Chapter 2. Introducing XAML: A Declarative Way to Create Windows UIs
Before the appearance of .NET 3.0, web applications were written with “markup languages” such as HTML and Windows applications were not. We may have dragged controls onto forms, but the creation of the controls and their properties was managed by the development environment, or you instantiated them programmatically at runtime.
.NET 3.0 changed all that with the introduction of the eXtensible Application Markup Language, or XAML (pronounced “zamel,” to rhyme with “camel”). There are two key things to know about XAML:
It is a markup language for creating Windows applications, just as HTML is a markup language for creating web applications.
Almost every XAML object has a corresponding Common Language Runtime (CLR) object; most of what you can create declaratively in XAML you can also create programmatically in C#, and vice versa.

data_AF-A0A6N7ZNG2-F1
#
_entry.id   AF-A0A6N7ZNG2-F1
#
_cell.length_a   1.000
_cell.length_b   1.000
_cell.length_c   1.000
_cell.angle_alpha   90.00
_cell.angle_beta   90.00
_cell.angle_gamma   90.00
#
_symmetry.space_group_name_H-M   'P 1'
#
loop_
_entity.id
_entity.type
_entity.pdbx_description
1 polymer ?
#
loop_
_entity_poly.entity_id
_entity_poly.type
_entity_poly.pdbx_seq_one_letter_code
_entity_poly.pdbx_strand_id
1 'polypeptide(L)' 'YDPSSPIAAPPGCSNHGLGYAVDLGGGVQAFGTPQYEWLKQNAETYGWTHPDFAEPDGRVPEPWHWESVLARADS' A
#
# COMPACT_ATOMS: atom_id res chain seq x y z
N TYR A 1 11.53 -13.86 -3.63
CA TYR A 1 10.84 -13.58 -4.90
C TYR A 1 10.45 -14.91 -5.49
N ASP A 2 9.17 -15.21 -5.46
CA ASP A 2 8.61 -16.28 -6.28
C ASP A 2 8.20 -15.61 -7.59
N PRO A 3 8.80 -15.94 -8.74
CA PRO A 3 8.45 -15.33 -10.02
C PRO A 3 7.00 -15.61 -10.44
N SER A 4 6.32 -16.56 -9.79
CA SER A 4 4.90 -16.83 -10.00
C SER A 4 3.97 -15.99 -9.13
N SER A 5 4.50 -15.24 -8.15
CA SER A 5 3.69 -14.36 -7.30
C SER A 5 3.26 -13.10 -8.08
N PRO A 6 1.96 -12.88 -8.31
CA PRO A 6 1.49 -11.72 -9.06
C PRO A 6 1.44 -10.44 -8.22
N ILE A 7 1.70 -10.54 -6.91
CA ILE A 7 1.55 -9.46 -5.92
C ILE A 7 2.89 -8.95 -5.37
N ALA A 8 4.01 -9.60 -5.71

The goal of this chapter is to provide an overview of XAML and how it is used in creating user experiences. By the end of this chapter you should have an appreciation of XAML as a declarative language, an understanding of the basic elements and attributes that you are likely to encounter when writing a .NET 3.5 application, and a fundamental appreciation for hand-crafting meaningful XAML applications. We will not cover every element in the XAML vocabulary, but we will cover the entire landscape of XAML, demonstrating all of its significant capabilities.
For a detailed treatment of the XAML ...